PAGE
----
Linford, Great (St. Andrew)

LINFORD, GREAT (St. Andrew), a parish, in the union of Newport-Pagnell, hundred of Newport, county of Buckingham, 1¾ mile (W. S. W.) from Newport-Pagnell; containing 474 inhabitants. The parish is situated on the Ouse, and comprises 1787a. 2r. 6p., of which 371 acres are arable, 1185 pasture, 118 meadow on the banks of the river, and 78 woodland. Its substratum contains limestone, which is quarried chiefly for repairing the roads: a layer of firmer texture, at a greater depth, impervious to atmospheric influence, might be worked for building purposes. Many of the females are employed in making bobbin-lace. The Grand Junction canal, and the Newport-Pagnell branch, both pass through the parish; and the Wolverton station on the London and Birmingham railway is within two miles. The living is a rectory, valued in the king's books at £20. 0. 2½., and in the gift of H. A. Uthwatt, Esq., lord of the manor: the tithes have been commuted for £400, and the glebe comprises 27½ acres. The church is a neat structure in the later English style, with a north porch, the roof of which is elegantly groined. There is a place of worship for Independents. In 1702, Sir William Pritchard bequeathed a rent-charge of £24 in support of an almshouse for six persons, and another of £10 for instruction; and Lady Pritchard subsequently left a sum of money for apprenticing boys, and clothing the almspeople. In the clay formation on which the parish is situated, are found various fossils; and on the lands of Mr. Uthwatt, is a copious spring strongly impregnated with sulphuretted hydrogen gas, similar in its properties to the Harrogate water. Dr. Richard Sandy, otherwise Napier, presented to the rectory in 1589, was held in superstitious reverence for his skill in the sciences of physic and astrology.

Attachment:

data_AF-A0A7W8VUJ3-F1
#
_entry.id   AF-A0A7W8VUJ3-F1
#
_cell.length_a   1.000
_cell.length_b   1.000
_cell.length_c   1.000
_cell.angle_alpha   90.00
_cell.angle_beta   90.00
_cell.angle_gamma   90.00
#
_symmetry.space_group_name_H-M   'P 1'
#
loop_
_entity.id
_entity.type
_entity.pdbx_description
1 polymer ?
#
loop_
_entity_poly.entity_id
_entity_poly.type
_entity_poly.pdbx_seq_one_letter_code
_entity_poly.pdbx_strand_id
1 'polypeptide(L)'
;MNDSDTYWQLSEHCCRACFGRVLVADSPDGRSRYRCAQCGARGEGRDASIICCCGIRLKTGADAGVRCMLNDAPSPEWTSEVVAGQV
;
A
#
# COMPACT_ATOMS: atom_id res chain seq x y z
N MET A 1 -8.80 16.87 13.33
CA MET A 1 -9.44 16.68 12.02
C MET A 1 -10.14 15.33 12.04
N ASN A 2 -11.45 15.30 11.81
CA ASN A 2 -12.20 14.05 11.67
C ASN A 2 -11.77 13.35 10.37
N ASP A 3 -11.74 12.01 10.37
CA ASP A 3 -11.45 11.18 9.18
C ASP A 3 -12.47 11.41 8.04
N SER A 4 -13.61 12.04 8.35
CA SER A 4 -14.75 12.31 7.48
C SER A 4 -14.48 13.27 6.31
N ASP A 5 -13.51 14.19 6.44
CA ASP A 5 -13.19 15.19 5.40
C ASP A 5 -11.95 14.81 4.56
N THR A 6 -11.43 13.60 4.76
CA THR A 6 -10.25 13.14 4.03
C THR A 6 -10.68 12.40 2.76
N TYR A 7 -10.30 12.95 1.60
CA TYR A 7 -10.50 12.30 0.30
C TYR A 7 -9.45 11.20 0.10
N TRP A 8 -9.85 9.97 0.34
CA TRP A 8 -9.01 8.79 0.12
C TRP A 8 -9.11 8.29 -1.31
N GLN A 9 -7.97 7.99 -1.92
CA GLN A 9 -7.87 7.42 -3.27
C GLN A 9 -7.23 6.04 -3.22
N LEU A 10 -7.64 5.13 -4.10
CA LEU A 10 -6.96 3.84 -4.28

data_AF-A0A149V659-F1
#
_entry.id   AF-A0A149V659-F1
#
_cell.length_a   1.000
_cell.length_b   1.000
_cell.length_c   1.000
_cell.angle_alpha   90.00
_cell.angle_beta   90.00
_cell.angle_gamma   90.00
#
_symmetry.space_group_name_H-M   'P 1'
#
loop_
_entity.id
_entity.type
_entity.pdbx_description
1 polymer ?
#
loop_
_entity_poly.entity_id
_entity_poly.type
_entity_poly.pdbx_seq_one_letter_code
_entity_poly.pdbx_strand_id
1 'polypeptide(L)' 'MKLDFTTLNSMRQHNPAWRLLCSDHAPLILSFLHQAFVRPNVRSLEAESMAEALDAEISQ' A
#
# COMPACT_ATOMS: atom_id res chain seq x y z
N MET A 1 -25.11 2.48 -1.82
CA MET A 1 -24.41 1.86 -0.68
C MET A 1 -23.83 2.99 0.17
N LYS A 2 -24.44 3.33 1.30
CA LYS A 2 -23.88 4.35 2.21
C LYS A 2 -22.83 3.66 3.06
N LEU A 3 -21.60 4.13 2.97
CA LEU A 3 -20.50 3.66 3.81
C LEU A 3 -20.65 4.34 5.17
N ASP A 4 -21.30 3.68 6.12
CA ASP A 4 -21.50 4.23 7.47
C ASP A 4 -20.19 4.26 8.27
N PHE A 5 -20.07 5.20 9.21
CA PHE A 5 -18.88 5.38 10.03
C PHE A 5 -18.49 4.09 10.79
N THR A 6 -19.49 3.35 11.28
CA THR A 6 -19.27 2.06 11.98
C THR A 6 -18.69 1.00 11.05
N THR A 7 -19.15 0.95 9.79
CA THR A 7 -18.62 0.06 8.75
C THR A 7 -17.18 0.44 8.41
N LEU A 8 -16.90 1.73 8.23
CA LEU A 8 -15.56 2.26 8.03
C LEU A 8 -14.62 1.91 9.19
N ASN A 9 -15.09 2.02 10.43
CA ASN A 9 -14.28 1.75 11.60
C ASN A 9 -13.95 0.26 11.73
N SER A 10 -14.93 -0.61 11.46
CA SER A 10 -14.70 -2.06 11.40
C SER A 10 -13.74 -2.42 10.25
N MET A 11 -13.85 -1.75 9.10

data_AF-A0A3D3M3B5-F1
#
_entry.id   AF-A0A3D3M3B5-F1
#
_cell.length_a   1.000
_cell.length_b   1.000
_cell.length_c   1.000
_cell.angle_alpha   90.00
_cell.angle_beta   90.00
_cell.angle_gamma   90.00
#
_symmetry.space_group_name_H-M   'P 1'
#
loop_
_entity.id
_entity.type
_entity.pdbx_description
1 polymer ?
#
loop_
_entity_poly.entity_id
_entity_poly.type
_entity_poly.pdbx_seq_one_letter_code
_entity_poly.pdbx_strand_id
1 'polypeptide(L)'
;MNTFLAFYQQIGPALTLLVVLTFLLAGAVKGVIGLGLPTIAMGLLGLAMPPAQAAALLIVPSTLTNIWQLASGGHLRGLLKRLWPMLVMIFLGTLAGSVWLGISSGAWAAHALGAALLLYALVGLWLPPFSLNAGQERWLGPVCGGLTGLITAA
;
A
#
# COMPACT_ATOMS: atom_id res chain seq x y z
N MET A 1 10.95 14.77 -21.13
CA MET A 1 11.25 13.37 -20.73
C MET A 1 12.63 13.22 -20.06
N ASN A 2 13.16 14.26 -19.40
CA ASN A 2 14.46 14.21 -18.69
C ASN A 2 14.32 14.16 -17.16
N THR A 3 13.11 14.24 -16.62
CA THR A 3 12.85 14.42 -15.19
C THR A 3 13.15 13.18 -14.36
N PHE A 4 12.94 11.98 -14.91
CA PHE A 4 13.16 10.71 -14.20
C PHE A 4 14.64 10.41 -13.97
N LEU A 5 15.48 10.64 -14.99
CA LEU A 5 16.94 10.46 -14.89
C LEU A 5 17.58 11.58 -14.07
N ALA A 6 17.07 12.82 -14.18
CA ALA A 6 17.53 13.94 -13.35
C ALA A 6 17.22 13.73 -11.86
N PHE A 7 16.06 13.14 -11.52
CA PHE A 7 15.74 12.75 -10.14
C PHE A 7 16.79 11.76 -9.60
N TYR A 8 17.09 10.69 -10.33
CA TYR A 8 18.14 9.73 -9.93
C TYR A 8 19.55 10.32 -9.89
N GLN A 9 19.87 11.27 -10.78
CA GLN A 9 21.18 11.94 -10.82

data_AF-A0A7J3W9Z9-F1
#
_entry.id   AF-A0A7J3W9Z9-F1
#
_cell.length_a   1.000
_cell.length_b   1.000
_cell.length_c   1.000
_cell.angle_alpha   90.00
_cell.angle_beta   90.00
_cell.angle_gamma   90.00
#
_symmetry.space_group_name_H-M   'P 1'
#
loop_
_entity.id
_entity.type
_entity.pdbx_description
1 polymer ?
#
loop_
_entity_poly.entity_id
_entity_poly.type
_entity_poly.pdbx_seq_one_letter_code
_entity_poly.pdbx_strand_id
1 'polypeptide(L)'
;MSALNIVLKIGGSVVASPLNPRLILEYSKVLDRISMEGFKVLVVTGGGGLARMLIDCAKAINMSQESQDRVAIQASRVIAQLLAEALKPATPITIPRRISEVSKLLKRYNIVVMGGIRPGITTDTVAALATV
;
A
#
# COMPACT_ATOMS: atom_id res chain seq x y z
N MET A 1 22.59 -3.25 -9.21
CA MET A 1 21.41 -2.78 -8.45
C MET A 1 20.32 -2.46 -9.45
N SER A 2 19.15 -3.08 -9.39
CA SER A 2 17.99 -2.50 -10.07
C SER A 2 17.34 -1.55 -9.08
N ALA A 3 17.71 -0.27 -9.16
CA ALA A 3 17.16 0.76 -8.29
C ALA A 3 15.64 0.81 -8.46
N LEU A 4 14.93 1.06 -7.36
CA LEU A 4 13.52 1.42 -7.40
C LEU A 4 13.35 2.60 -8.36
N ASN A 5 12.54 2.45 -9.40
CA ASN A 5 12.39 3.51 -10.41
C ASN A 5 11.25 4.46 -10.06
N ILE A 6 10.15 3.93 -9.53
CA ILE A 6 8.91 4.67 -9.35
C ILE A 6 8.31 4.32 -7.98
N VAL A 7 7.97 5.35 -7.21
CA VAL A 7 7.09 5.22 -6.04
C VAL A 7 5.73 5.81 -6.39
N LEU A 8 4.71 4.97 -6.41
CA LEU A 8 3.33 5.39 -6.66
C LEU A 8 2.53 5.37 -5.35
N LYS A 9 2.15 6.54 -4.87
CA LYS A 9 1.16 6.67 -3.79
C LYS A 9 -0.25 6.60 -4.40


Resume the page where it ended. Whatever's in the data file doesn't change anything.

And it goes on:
Transcribed from A Topographical Dictionary of England, by Samuel Lewis, 7th edition, published in 1848.

Navigation

Preface
A
B
C
D
E
F
G
H
I
J
K
L
M
N
O
P
Q
R
S
T
U
V
W
X
Y
Z